With the tibial drop back sign, one relies on gravity with the knee flexed to 90° to compare if there is any “dropping back” of the tibia on the injured side compared to the normal contralateral knee. In this test, one compares the prominence of the proximal tibia to the femoral condyles with the knee flexed to approximately 80°-90°. In the normal knee, the tibial plateau is located approximately 1 cm anterior to the femoral condyles. In a patient with a PCL tear, this prominence is diminished and there may be subluxation of the tibial plateau posterior to the femoral condyles in a severe PCL injury.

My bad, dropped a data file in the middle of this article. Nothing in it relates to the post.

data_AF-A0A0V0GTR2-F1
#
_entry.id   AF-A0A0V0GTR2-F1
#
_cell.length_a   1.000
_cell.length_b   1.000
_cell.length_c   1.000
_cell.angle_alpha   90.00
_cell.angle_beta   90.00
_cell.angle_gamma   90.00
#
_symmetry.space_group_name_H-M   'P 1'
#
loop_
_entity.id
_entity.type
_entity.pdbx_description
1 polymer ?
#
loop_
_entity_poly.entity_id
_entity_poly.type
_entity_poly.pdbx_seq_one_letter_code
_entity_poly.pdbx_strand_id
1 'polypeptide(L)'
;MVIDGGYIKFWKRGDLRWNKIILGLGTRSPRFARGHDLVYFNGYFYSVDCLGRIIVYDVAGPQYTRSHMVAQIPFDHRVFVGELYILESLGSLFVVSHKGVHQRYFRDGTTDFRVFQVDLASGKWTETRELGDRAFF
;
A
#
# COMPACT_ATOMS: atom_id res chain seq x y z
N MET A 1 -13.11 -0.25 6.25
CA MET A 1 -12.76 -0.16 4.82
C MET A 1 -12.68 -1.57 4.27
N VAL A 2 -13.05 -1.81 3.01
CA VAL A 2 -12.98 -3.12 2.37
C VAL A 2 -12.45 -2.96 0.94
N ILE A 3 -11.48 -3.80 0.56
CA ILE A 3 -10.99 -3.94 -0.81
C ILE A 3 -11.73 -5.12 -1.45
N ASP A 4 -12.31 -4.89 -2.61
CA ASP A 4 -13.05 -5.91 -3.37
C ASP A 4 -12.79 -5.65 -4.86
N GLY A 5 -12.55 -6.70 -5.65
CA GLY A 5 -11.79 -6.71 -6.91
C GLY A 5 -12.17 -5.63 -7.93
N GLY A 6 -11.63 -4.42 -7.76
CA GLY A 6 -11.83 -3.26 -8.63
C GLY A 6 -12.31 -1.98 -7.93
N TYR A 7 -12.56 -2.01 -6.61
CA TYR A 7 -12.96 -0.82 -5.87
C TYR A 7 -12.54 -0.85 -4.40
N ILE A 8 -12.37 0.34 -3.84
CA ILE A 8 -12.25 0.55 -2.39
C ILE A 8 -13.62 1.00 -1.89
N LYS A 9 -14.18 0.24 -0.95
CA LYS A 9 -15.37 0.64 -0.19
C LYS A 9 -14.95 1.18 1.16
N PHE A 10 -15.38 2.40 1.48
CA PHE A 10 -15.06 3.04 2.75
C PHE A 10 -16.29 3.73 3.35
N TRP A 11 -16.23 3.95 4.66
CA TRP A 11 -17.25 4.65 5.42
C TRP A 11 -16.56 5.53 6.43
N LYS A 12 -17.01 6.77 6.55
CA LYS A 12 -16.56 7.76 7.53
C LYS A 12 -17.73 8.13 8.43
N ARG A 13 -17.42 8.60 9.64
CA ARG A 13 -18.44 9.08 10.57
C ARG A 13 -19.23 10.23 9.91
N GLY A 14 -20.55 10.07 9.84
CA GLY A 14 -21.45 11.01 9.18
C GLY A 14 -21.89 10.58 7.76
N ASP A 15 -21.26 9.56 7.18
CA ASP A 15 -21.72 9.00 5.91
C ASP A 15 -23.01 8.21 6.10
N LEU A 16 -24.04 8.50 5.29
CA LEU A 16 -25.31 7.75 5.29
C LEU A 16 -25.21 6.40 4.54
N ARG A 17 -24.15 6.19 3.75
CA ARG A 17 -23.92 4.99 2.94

About the Author: Robert LaPrade, MD
Robert LaPrade, MD, PhD has specialized skills and expertise in diagnosing and treating complicated knee injuries. He has treated athletes at all levels, including Olympic, professional and intercollegiate athletes, and has returned numerous athletes back to full participation after surgeries. Recognized globally for his outstanding and efficient surgical skills and dedication to sports medicine, he has received many research awards, including the OREF Clinic Research Award considered by many a Nobel Prize in orthopedics. Dr. LaPrade is one of the most published investigators in his field, and many of the surgeries that he has developed are now performed worldwide and recognized as the “gold standard” for the treatment of complex knee injuries.